I’d lie awake at night and could feel my heart pumping, wondering if it was tired yet and thought it was pretty unfair it had to work all the time while me and the rest of my body would soon be asleep. I couldn't imagine that it could just go on and on and on without a single potty break, siesta or recess and wondered about how it was going to get through all those 2.5 billion pumps.

Then Mr. Albertson came to mind. He had a heart attack. He was one of the energetic people I knew then. He was my neighbor and they took him away in an ambulance and he was pretty white. I didn't quite understand what a heaart attack was but, it made sense, I would attack too if I had to beat all the time. When Mr. Albertson came home. He started going for walks every night, and he walked real slow, I thought, so his heart wouldn't get mad and attack him again. It made me wonder, when my heart would attack me and why everybody’s heart didn’t attack them.

Don’t know how I slept through it all but, eventually, I got to my teens and twenties, then I was worried my heart wouldn't beat correctly–wouldn't let me win–wouldn't let me down easy. I ran and worked out and swam and kayaked and dated and fell in love and would get dumped and do it all over again. It took me a while to learn that, yeah, I could condition it to a point, but it was just going to do what it wanted and I wasn't going to be able to do anything about it. So the roller coaster went on and on and it’s been a good ride.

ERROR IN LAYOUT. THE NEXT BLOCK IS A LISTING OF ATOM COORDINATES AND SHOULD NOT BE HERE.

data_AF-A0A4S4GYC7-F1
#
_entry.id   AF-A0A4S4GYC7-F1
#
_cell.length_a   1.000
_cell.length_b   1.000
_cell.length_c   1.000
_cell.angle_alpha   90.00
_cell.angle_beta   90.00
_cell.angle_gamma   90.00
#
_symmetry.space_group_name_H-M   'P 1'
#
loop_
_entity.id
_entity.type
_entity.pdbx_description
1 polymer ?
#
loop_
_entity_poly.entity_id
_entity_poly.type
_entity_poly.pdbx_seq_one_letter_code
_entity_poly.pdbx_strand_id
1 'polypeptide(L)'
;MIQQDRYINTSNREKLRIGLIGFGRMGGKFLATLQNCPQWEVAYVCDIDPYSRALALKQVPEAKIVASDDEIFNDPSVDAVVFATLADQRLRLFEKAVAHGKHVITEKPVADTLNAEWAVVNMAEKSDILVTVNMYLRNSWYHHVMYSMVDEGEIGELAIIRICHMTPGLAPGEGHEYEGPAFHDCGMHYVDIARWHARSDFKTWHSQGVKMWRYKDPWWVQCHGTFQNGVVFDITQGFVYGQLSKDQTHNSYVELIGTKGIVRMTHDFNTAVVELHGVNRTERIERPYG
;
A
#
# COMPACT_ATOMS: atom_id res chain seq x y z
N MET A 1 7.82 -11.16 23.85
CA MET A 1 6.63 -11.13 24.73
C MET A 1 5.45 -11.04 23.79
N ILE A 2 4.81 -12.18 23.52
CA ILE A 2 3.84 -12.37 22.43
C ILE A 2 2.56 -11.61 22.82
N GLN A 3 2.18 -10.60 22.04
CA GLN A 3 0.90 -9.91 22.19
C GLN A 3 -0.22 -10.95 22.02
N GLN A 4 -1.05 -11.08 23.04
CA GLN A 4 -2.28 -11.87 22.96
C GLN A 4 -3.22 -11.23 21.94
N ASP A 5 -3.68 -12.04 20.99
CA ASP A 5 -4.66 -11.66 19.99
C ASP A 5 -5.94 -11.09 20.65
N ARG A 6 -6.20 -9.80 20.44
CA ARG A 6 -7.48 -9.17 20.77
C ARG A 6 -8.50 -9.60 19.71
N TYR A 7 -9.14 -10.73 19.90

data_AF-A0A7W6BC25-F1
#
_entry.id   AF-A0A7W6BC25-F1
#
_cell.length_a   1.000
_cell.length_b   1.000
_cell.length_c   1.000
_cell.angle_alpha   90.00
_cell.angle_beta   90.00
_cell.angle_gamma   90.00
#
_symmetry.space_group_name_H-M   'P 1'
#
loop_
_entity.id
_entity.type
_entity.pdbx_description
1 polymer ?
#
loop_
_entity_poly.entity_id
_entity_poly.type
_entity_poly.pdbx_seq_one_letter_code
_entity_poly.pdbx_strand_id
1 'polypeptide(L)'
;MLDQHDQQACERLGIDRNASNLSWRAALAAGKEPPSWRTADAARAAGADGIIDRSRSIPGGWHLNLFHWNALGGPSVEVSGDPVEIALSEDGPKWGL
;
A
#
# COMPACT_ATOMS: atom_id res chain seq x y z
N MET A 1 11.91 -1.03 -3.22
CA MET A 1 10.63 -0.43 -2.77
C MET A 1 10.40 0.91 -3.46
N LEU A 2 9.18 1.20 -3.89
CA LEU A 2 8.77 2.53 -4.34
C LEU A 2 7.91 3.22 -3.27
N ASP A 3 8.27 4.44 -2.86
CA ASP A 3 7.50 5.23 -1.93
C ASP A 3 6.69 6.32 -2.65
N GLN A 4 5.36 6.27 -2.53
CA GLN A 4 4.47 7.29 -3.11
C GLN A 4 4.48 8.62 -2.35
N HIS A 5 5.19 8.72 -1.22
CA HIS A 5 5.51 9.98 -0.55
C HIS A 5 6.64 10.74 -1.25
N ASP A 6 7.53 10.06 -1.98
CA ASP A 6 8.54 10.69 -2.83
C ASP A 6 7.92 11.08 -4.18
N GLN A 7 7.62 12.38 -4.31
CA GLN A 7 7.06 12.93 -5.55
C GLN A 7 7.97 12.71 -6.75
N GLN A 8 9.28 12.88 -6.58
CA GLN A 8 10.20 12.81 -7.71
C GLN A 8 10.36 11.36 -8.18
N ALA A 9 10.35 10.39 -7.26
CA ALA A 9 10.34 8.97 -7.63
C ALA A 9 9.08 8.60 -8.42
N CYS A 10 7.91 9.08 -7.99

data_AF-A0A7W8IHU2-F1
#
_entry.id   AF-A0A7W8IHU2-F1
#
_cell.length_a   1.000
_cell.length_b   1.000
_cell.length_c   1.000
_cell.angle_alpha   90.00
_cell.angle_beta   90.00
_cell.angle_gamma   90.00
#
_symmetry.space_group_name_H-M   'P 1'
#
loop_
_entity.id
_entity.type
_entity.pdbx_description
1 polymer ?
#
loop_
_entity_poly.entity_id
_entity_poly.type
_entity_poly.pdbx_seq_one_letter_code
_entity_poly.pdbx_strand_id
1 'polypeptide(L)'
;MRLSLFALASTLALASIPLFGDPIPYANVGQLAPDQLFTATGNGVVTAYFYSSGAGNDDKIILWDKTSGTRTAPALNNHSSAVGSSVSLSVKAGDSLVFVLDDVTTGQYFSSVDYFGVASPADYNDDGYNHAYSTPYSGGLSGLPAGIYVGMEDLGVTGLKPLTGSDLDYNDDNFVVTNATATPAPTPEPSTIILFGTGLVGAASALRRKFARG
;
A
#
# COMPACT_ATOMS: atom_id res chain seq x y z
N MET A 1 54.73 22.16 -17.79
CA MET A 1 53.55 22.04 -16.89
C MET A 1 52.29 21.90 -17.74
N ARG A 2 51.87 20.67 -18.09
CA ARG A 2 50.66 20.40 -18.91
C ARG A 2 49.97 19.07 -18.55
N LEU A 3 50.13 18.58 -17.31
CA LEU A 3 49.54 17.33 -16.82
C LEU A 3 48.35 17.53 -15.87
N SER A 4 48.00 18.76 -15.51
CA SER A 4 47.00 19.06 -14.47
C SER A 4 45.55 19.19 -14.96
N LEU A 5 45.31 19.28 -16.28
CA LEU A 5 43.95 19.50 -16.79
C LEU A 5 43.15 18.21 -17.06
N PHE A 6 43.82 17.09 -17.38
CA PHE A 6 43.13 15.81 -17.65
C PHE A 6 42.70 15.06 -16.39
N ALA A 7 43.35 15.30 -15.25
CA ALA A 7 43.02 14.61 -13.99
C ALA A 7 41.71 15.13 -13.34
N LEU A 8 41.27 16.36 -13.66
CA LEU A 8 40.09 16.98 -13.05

Now I lay awake at night and I can still feel my heart beating. Doesn't feel any different than in fifth grade, at least it doesn't in bed, and it’s been through at least 1.2 billion beats and it worries me. What if it never stops? Now, I know there’s people out there that would like that problem and I feel for them, but if mine doesn't feel any different than when Ms. Adams told me it could fill several swimming pools with blood every week, maybe it won’t know when to stop. Maybe when my heads all full of holes so big that a 45 mag bullet slug could pass through it with out hitting a single neuron or maybe when I can’t tell the difference between a month old salmon fillet and a woman's breast, my heart will just keep on pumping until I’m nothing more than the sum of all my sore body parts. Or maybe when I do kill over and I’m all decked out in my coffin, my heart will just start up, like in some Edgar Allen Poe story, and the embalming fluid will squirt out my eyeballs. (That’s why I want to be cremated).

So, anyway, I’m up late at night a lot. My hearts beating. What about yours?